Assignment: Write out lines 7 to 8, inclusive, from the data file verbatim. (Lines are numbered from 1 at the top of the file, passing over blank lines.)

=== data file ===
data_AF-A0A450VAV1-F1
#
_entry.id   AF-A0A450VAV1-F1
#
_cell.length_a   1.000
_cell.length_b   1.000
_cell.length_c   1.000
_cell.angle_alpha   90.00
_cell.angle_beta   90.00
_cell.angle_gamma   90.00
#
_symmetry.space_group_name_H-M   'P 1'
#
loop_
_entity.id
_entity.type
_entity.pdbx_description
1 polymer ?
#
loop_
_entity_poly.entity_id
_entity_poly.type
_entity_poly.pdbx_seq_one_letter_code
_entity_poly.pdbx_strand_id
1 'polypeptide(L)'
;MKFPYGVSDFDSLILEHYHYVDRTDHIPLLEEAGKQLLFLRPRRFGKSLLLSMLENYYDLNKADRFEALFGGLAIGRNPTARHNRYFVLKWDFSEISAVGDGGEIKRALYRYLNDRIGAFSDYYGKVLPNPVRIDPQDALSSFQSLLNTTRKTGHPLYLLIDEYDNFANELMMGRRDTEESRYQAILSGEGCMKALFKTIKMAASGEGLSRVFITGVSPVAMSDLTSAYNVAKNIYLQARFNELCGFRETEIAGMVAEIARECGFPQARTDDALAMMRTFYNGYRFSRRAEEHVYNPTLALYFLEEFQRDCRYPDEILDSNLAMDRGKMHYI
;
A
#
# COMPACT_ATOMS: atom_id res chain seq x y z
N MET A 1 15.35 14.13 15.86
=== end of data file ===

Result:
_cell.length_c   1.000
_cell.angle_alpha   90.00